|Date of birth||24 November 1951|
|Place of birth||Loughrea, Ireland|
|Height||1.75 m (5 ft 9 in)|
|Weight||86 kg (13 st 7 lb; 189 lb)|
|University||University College Galway|
|Notable relative(s)||Derry Fitzgerald (Brigadier General, Irish Army)|
|Occupation(s)||Irish Army Officer|
|Rugby union career|
Ciaran Fitzgerald (born 4 June 1952) is a former Irish rugby union player. He captained Ireland to the Triple Crown in 1982 and 1985, and the Five Nations Championship in 1983. Fitzgerald also captained the Lions on their 1983 tour. After the conclusion of his playing career, Fitzgerald was coach of the national team.
Fitzgerland was born in Loughrea, County Galway. Fitzgerald first played rugby while at Garbally College, and was chosen to play hooker by teacher and priest John Kirby. Fitzgerald played for University College Galway R.F.C., and then went on to play senior rugby for St. Mary's College in Dublin.
Fitzgerald rose to prominence in the game, and made his test debut for Ireland against Australia on 3 June 1979, during an Irish tour of Australia. He captained Ireland to the Triple Crown in 1982 and 1985, and the Five Nations Championship in 1983. Fitzgerald's last test came against Scotland on 15 March 1986 in that year's Five Nations Championship. In total, Fitzgerald received 22 competitive and three friendly caps for Ireland. He scored once, a try against Wales, in the 1980 Five Nations. Fitzgerald also captained the British and Irish Lions team on their 1983 tour, when the team traveled to New Zealand and were beaten in each test against the All Blacks.
Though most widely remembered for playing rugby union, Fitzgerald was an accomplished sportsman, winning two All-Ireland boxing championships. He also played minor hurling for Galway the team he played with reached the minor final against Cork in 1970.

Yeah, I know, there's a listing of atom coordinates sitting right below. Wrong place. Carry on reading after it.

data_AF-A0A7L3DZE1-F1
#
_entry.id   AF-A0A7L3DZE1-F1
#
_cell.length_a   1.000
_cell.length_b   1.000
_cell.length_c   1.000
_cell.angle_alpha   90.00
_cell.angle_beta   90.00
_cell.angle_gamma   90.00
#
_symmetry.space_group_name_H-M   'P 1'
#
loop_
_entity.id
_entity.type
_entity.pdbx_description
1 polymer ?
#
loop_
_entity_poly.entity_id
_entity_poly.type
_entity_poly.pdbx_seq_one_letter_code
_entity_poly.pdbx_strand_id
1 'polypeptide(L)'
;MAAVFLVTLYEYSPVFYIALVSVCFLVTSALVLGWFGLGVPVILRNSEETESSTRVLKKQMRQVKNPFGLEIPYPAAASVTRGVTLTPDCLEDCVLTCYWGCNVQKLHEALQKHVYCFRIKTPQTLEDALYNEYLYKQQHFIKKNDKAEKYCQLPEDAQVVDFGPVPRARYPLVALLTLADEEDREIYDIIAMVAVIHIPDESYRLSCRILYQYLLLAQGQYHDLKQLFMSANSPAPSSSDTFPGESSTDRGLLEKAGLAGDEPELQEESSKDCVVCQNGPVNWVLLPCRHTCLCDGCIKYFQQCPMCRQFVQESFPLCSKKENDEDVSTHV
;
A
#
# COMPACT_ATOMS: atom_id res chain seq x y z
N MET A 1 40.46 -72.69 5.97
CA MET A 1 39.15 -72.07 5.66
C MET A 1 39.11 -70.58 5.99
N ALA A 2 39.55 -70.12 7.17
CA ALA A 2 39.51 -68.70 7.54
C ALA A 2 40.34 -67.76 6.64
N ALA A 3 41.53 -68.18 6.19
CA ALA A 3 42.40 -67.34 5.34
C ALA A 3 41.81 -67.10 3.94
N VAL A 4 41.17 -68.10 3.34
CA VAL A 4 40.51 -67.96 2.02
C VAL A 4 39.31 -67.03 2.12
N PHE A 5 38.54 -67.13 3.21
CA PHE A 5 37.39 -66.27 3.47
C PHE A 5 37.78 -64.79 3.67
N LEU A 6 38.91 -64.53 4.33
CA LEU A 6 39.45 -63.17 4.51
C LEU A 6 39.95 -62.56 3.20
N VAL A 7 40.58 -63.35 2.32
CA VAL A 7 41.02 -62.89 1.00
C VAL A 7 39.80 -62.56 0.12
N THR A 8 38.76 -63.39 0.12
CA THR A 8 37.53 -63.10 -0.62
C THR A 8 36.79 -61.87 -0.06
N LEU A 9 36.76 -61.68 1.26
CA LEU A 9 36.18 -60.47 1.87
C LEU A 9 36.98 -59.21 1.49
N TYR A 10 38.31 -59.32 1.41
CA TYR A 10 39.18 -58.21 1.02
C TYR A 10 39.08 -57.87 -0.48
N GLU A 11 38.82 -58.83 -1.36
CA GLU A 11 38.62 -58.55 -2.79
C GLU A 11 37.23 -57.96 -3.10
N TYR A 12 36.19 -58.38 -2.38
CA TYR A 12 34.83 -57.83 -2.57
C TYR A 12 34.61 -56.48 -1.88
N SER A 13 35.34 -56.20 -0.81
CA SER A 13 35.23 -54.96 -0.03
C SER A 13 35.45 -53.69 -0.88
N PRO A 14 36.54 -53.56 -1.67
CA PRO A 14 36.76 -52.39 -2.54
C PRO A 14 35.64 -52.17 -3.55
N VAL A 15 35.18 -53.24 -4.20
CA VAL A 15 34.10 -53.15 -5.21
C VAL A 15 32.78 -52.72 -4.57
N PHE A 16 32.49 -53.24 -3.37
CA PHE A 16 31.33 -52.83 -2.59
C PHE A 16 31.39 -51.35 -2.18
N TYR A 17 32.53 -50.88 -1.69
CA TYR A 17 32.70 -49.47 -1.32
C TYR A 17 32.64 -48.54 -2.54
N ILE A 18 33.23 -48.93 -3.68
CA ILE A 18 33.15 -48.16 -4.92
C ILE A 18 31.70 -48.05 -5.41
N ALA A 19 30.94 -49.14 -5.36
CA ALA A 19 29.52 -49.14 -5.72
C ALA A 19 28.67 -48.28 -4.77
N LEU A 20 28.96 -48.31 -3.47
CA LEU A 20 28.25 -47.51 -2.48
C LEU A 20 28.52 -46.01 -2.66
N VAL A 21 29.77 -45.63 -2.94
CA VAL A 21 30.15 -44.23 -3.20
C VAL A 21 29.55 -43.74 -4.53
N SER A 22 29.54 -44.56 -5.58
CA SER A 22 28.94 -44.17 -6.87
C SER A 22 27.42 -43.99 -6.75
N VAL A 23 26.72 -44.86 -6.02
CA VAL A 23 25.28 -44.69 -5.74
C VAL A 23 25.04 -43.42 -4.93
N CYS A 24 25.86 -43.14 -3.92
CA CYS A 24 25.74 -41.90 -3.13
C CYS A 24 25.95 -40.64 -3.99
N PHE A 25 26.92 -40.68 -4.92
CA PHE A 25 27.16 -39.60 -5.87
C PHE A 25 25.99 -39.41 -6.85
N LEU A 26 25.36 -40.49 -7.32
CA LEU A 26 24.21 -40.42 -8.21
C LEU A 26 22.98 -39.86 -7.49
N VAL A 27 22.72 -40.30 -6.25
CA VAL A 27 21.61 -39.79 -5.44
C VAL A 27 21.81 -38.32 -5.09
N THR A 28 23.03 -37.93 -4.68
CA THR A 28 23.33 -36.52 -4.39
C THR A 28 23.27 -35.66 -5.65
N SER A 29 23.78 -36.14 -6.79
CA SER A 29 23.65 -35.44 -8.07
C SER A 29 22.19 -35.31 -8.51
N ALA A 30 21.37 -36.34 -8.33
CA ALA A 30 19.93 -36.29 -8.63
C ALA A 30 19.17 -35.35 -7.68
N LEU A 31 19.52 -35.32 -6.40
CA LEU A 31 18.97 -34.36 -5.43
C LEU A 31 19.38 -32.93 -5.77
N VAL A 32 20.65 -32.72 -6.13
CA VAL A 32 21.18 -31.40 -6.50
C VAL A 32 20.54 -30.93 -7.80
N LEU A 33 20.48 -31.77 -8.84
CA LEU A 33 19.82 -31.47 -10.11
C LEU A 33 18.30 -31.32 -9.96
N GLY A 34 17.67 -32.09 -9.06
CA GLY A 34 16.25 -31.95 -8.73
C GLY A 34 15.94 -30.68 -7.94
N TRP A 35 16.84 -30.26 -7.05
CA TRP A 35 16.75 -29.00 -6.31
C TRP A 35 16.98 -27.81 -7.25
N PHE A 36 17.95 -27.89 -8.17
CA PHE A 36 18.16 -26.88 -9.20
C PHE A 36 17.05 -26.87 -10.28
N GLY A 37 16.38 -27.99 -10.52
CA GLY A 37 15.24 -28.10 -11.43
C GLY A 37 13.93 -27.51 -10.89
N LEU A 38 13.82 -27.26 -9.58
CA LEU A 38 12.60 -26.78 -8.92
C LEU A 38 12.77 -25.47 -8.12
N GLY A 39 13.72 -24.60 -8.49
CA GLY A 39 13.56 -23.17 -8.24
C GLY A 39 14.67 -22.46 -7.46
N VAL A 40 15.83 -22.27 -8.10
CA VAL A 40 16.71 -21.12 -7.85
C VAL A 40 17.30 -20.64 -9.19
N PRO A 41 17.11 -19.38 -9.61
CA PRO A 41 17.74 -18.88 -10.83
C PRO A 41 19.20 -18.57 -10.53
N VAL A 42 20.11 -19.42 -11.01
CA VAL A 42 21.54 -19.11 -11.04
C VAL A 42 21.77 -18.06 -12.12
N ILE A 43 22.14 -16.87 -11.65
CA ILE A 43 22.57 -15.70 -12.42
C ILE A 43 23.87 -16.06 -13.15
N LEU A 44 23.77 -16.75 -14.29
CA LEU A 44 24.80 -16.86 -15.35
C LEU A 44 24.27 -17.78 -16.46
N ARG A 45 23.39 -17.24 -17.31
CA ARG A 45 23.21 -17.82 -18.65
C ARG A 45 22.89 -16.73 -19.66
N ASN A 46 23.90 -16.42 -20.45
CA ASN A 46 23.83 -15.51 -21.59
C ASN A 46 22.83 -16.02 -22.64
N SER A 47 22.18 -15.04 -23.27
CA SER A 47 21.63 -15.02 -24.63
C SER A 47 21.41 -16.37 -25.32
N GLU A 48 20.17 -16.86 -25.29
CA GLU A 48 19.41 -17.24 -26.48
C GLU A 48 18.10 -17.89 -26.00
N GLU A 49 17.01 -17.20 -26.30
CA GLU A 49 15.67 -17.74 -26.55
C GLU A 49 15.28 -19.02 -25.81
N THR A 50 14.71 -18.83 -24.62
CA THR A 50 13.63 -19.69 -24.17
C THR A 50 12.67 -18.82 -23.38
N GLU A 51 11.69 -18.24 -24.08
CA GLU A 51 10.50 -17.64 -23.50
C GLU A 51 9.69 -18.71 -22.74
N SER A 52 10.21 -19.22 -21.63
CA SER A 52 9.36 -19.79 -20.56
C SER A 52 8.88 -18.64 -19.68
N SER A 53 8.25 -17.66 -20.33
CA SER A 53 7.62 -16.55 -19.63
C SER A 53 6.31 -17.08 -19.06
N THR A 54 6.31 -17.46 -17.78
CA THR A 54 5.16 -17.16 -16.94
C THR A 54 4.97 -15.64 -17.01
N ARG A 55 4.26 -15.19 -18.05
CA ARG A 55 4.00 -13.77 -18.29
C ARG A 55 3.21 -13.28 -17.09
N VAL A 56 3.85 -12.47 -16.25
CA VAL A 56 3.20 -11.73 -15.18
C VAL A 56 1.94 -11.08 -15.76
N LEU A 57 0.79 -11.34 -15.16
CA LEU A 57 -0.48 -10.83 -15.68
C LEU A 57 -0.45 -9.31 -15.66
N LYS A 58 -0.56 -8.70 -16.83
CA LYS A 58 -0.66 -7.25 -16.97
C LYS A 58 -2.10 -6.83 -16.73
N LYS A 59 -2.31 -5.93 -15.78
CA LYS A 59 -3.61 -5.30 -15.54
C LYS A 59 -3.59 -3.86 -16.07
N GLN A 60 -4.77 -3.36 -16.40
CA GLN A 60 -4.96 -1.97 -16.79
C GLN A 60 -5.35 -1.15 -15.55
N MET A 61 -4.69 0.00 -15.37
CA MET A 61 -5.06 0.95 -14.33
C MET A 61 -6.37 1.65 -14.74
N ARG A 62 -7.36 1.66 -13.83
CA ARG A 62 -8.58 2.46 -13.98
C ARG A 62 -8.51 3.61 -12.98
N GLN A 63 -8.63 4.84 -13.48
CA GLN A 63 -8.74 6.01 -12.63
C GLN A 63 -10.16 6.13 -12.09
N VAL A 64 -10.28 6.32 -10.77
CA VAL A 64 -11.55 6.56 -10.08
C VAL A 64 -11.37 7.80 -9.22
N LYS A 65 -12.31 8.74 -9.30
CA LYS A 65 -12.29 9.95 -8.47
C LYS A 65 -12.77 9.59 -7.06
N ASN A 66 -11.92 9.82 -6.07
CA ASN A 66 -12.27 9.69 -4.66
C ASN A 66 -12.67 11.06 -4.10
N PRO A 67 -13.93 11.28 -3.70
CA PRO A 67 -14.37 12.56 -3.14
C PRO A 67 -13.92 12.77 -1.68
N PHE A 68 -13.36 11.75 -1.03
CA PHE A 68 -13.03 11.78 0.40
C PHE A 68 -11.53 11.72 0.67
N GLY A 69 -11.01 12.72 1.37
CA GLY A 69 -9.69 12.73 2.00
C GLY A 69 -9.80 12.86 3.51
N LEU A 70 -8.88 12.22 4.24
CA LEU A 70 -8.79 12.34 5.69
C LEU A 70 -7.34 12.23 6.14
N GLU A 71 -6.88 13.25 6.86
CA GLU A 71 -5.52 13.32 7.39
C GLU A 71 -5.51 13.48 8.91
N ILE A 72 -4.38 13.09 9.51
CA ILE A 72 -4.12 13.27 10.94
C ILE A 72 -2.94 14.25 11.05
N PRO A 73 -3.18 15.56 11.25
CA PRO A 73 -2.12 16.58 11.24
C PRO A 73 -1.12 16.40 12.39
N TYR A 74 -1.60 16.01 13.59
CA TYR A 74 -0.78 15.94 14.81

Fitzgerald studied in University College Galway, gaining a Bachelor's degree in 1973. Playing in the amateur era, Fitzgerald also maintained a career in the Irish Army. He also served as the aide de camp to the President, Dr Patrick Hillery during his career.
Following his retirement from playing, Fitzgerald has continued to be involved in the game, and served as head coach of Ireland from 1990 to 1992, leading the side to the 1991 Rugby World Cup, where they reached the quarter-finals. He has also had a career in media, appearing on Setanta Sports and RTÉ, the Irish national TV and radio service, as a rugby pundit.
- 1979: Australia W 27–12 Brisbane
- 1979: Australia W 9–3 Sydney
- 1980: England L 24–9 Twickenham
- 1980: Scotland W 22–15 Lansdowne Road
- 1980: France L 19–18 Parc des Princes
- 1980: Wales W 21–7 Lansdowne Road
- 1982: Wales W 20–12 Lansdowne Road
- 1982: England W 16–15 Twickenham
- 1982: Scotland W 21–12 Lansdowne Road
- 1982: France L 22–9 Parc des Princes
- 1983: Scotland W 15–13 Murrayfield
- 1983: France W 22–16 Lansdowne Road
- 1983: Wales L 23–9 Cardiff Arms Park
- 1983: England W 25–15 Lansdowne Road
- 1984: France L 25–12 Parc des Princes
- 1984: Wales L 18–9 Lansdowne Road
- 1984: Australia L 16–9 Lansdowne Road
- 1985: Scotland W 18–15 Murrayfield
- 1985: France D 15–15 Lansdowne Road
- 1985: Wales W 21–9 Cardiff Arms Park
- 1985: England W 13–10 Lansdowne Road
- 1986: France L 29–9 Parc des Princes
- 1986: Wales L 19–12 Lansdowne Road
- 1986: England L 25–20 Twickenham
- 1986: Scotland L 10–9 Lansdowne Road
- Scally, John (1996). Giants of Irish Rugby. Mainstream Publishing Company. ISBN 1-85158-834-5.
- Sporting heroes
- 1983 New Zealand British & Irish Lions Tour
- Irish Rugby Web Site
- Irish Rugby Web Site
|Irish national rugby coach